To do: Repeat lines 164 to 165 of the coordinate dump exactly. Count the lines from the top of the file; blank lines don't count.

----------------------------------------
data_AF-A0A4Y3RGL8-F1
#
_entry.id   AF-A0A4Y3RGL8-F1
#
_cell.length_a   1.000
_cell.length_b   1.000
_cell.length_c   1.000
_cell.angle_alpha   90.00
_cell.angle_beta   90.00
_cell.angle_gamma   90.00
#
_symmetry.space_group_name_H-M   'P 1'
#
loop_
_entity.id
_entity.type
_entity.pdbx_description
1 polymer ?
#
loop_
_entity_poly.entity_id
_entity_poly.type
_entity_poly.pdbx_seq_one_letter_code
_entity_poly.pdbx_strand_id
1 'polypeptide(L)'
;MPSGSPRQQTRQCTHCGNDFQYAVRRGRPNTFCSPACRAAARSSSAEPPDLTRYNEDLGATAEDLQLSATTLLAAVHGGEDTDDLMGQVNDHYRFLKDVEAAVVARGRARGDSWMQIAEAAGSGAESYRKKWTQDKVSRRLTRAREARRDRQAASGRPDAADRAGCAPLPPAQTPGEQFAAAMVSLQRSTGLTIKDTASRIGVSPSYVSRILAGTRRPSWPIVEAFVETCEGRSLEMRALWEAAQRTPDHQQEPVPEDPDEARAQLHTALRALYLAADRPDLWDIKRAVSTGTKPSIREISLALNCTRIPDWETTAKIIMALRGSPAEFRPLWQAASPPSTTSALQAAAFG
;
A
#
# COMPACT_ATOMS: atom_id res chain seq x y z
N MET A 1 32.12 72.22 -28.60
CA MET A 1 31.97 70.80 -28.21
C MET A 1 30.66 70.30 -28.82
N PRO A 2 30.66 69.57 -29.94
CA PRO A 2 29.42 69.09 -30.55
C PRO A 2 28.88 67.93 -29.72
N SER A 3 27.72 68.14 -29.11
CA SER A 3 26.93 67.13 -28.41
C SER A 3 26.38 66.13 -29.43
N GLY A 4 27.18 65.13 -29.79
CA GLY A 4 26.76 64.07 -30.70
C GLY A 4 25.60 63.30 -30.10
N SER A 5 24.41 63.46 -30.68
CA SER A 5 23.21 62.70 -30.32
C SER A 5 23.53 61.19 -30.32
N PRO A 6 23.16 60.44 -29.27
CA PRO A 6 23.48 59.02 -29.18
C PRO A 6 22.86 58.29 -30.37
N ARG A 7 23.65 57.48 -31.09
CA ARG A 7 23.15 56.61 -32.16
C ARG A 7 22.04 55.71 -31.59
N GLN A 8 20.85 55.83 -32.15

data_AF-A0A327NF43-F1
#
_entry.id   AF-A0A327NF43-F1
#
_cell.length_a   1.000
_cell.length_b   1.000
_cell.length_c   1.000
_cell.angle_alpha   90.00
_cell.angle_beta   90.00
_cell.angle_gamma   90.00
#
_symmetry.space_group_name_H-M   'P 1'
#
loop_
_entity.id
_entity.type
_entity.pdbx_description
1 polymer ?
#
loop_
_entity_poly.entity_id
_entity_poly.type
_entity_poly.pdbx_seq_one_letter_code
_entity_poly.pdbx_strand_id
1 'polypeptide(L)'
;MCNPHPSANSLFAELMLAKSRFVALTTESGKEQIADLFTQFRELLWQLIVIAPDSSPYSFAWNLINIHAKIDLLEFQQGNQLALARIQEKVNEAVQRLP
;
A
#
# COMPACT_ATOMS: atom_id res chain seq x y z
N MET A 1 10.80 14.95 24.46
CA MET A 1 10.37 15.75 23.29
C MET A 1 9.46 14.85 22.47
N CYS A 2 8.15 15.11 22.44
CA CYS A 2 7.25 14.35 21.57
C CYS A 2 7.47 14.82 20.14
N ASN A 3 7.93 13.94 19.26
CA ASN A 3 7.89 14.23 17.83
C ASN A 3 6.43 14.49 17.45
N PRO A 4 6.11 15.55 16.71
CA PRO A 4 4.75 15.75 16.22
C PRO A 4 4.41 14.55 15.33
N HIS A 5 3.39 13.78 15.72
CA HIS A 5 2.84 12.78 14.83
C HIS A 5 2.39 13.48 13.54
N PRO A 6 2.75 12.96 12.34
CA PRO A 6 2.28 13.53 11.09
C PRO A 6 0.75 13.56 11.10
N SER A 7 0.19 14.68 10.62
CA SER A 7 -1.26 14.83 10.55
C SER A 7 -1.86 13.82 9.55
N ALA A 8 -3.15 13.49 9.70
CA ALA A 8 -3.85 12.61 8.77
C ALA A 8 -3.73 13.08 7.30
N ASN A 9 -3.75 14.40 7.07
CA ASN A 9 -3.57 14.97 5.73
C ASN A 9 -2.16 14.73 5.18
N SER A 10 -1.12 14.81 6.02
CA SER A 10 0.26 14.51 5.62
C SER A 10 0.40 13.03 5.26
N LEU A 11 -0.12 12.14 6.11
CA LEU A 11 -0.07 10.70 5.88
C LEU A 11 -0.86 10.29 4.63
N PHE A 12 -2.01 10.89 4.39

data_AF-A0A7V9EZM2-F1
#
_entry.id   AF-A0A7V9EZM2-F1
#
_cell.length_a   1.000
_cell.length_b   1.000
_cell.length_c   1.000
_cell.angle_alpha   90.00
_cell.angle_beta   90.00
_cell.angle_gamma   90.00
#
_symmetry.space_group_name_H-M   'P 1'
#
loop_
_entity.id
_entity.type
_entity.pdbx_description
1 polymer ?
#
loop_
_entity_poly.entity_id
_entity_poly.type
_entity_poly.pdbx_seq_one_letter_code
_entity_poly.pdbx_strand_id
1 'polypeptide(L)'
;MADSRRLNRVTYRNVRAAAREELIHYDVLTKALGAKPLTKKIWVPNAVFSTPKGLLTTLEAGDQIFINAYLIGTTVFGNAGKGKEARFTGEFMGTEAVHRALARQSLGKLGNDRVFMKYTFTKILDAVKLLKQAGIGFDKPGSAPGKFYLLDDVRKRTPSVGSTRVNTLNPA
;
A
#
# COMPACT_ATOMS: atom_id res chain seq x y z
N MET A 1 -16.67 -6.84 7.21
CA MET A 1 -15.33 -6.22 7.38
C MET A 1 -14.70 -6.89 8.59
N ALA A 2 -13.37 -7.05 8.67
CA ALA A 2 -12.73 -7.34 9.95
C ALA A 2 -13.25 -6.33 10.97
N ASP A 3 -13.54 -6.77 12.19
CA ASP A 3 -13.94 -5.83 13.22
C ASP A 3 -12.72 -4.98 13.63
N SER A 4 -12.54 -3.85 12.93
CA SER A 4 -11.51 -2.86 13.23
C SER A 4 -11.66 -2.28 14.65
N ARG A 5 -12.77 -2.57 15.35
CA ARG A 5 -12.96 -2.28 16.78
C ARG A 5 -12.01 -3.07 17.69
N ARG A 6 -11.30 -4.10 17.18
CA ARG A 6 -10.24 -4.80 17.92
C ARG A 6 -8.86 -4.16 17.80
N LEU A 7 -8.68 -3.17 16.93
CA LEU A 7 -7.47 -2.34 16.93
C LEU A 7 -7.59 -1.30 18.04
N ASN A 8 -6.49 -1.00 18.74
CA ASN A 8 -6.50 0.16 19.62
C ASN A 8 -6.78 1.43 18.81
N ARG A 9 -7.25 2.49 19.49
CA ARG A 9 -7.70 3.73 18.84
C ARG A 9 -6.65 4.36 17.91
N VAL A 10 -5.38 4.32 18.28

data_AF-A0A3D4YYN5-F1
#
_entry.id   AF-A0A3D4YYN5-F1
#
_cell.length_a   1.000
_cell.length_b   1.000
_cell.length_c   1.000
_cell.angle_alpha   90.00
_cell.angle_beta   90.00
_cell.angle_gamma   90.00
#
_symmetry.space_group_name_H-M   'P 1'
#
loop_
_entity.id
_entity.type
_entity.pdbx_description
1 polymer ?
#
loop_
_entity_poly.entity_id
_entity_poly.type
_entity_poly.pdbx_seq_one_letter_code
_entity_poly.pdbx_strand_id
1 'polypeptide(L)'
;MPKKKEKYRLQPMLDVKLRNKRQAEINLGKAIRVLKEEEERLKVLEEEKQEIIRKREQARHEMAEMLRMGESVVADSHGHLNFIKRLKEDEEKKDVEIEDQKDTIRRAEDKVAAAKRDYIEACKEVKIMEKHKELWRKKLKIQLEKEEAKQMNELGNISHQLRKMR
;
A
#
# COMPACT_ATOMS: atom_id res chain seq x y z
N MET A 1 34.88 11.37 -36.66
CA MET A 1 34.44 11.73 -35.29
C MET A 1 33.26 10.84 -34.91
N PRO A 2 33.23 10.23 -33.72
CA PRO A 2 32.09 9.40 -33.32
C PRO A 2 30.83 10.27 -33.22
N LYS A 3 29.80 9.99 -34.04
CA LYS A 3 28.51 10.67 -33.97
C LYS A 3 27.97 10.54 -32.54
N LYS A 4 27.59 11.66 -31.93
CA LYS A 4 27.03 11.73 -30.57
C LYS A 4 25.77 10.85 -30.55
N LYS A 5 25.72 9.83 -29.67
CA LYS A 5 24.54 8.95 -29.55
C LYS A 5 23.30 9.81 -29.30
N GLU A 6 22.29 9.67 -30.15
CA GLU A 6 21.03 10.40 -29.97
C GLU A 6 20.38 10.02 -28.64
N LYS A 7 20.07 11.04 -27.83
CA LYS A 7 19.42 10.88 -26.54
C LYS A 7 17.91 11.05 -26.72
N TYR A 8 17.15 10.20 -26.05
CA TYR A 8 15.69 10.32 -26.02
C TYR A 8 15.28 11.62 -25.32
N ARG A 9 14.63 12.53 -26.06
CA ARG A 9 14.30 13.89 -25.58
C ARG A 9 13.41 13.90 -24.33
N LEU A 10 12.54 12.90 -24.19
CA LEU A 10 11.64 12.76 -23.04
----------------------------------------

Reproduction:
C ARG A 6 -8.86 -4.16 17.80
N LEU A 7 -8.68 -3.17 16.93